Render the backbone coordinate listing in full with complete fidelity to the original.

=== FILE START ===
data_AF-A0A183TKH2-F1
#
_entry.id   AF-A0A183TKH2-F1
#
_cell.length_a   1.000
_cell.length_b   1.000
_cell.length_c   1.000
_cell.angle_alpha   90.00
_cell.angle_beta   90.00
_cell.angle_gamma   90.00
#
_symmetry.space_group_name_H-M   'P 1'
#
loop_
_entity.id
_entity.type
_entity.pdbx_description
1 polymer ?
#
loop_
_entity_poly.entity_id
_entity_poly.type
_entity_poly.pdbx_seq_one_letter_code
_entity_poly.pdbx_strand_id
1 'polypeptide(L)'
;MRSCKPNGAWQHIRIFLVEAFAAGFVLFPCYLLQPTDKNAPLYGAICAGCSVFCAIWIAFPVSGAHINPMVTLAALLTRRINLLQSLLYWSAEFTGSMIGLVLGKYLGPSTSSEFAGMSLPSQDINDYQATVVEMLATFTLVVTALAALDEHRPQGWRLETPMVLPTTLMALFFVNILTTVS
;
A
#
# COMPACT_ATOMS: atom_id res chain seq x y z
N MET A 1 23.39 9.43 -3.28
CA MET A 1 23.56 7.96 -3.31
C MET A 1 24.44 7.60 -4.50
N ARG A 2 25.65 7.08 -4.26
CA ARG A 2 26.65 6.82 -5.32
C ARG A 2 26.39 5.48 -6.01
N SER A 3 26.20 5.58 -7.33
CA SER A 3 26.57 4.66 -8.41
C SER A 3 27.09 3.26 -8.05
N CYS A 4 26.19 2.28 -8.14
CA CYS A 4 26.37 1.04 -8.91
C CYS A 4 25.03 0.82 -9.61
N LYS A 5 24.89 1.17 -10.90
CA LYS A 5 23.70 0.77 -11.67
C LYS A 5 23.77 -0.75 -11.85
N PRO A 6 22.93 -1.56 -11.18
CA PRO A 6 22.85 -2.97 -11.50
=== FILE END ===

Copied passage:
data_AF-A0A183TKH2-F1
#
_entry.id   AF-A0A183TKH2-F1
#
_cell.length_a   1.000
_cell.length_b   1.000
_cell.length_c   1.000
_cell.angle_alpha   90.00
_cell.angle_beta   90.00
_cell.angle_gamma   90.00
#
_symmetry.space_group_name_H-M   'P 1'
#
loop_
_entity.id
_entity.type
_entity.pdbx_description
1 polymer ?
#
loop_
_entity_poly.entity_id
_entity_poly.type
_entity_poly.pdbx_seq_one_letter_code
_entity_poly.pdbx_strand_id
1 'polypeptide(L)'
;MRSCKPNGAWQHIRIFLVEAFAAGFVLFPCYLLQPTDKNAPLYGAICAGCSVFCAIWIAFPVSGAHINPMVTLAALLTRRINLLQSLLYWSAEFTGSMIGLVLGKYLGPSTSSEFAGMSLPSQDINDYQATVVEMLATFTLVVTALAALDEHRPQGWRLETPMVLPTTLMALFFVNILTTVS
;
A
#
# COMPACT_ATOMS: atom_id res chain seq x y z
N MET A 1 23.39 9.43 -3.28
CA MET A 1 23.56 7.96 -3.31
C MET A 1 24.44 7.60 -4.50
N ARG A 2 25.65 7.08 -4.26
CA ARG A 2 26.65 6.82 -5.32
C ARG A 2 26.39 5.48 -6.01
N SER A 3 26.20 5.58 -7.33
CA SER A 3 26.57 4.66 -8.41
C SER A 3 27.09 3.26 -8.05
N CYS A 4 26.19 2.28 -8.14
CA CYS A 4 26.37 1.04 -8.91
C CYS A 4 25.03 0.82 -9.61
N LYS A 5 24.89 1.17 -10.90
CA LYS A 5 23.70 0.77 -11.67
C LYS A 5 23.77 -0.75 -11.85
N PRO A 6 22.93 -1.56 -11.18
CA PRO A 6 22.85 -2.97 -11.50